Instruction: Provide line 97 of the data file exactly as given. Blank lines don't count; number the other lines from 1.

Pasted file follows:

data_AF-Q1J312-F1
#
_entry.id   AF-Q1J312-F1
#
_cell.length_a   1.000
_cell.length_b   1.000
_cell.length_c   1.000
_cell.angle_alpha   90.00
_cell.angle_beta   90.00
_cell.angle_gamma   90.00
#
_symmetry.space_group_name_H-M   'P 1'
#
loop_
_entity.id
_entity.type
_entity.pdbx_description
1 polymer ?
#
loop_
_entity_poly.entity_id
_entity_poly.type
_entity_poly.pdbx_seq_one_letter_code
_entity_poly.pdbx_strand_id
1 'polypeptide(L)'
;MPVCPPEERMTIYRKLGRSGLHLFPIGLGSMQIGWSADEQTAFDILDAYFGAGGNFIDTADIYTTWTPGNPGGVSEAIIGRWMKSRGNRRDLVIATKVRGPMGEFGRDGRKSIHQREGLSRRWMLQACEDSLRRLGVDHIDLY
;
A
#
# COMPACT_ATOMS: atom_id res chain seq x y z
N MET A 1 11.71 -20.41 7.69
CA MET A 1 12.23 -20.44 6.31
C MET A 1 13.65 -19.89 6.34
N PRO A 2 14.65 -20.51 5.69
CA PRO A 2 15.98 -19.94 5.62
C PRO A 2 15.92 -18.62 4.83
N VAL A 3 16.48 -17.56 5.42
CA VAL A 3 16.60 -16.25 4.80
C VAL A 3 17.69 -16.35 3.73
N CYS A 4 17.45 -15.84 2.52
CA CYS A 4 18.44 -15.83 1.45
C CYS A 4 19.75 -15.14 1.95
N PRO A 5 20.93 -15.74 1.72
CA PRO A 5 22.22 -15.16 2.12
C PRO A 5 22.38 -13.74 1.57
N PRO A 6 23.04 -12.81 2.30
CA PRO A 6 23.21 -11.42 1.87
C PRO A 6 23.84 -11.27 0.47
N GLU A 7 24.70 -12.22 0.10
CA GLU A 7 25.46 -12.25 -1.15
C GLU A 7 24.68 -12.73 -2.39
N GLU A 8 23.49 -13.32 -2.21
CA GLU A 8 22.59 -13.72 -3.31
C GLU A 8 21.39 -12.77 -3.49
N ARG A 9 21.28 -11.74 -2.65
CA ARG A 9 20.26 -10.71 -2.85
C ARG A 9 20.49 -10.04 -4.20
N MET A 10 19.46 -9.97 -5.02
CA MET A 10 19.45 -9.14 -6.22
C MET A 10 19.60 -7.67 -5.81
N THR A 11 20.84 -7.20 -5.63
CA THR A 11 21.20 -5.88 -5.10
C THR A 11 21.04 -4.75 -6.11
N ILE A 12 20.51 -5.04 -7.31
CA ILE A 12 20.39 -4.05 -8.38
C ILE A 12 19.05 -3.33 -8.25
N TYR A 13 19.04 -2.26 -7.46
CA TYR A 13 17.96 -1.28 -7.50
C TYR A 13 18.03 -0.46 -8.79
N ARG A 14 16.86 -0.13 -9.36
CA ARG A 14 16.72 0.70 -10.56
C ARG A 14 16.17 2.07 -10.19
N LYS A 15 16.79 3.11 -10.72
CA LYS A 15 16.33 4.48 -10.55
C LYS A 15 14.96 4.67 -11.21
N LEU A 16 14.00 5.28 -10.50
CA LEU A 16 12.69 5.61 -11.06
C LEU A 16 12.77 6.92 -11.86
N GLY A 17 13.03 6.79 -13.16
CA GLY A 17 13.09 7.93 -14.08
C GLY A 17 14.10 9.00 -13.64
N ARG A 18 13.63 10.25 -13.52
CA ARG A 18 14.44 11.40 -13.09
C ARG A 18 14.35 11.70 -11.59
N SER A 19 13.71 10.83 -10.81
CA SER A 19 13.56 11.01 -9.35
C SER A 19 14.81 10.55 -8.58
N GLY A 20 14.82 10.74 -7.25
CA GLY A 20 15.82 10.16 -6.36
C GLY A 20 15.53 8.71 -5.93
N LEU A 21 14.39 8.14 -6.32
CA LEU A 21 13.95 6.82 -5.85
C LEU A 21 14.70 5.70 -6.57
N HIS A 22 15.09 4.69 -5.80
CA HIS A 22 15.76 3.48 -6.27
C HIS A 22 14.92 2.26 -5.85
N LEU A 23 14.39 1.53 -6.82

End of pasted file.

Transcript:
N LEU A 23 14.39 1.53 -6.82